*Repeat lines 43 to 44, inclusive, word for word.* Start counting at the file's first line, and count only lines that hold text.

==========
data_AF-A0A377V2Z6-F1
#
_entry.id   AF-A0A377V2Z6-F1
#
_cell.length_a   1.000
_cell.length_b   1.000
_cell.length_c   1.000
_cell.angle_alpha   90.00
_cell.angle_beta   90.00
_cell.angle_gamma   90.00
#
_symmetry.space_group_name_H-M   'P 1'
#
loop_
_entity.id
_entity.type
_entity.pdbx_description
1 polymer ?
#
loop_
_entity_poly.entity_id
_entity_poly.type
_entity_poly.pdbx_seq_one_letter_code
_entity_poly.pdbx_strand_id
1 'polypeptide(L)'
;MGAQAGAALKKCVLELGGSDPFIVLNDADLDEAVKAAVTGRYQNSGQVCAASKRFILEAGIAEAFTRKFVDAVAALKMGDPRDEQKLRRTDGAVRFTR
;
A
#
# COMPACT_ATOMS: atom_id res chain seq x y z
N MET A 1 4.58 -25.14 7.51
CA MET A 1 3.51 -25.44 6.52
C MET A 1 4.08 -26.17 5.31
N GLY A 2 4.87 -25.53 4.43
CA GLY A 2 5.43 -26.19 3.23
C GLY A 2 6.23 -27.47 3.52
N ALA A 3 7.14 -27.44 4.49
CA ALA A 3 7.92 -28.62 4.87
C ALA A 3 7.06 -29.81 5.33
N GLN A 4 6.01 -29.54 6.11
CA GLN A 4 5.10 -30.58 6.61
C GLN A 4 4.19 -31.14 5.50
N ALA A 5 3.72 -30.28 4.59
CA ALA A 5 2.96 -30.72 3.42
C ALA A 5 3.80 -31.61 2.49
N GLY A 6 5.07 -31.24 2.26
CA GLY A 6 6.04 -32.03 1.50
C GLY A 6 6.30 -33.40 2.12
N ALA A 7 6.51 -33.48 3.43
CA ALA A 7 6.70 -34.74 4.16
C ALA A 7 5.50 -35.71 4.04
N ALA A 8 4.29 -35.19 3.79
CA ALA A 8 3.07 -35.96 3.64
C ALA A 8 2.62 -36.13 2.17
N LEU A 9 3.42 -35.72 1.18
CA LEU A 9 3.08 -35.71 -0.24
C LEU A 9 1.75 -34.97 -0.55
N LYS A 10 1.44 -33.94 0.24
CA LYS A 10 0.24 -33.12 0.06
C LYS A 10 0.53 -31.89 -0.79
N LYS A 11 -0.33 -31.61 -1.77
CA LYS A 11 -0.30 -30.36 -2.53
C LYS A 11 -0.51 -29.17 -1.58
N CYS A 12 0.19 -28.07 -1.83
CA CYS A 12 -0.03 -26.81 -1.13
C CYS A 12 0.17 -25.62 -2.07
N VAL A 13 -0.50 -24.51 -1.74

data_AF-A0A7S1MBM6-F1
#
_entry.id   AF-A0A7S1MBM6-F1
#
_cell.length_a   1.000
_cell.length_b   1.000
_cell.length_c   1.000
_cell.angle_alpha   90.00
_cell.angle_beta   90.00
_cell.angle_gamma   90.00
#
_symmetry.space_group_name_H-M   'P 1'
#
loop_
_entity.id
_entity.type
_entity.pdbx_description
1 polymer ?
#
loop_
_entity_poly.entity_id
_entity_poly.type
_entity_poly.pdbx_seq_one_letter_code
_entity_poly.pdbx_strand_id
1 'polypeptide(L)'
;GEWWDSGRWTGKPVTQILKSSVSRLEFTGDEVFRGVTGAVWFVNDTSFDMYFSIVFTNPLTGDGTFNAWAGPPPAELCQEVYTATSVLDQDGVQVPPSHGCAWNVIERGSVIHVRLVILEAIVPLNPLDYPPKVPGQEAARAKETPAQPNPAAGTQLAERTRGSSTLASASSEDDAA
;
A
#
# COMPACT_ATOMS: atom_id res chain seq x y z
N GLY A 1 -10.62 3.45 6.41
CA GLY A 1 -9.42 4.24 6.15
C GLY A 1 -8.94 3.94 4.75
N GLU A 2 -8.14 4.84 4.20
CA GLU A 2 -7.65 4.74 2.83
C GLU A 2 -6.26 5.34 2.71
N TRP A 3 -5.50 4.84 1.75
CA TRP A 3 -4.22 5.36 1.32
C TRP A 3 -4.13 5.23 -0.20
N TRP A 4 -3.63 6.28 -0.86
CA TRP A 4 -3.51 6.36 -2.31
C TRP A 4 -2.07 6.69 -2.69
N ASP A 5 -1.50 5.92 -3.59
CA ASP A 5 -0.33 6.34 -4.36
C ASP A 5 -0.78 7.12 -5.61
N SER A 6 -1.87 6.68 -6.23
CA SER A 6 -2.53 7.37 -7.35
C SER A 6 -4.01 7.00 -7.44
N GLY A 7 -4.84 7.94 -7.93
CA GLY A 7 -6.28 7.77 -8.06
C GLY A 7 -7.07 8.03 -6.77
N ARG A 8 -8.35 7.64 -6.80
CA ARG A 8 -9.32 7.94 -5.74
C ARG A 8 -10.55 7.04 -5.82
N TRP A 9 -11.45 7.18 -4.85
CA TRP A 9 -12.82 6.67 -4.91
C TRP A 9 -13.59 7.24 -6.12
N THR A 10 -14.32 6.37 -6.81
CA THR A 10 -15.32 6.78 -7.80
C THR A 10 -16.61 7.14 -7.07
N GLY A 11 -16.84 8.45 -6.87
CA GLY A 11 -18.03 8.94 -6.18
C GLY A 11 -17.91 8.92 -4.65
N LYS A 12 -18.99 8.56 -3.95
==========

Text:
N ALA A 5 3.72 -30.28 4.59
CA ALA A 5 2.96 -30.72 3.42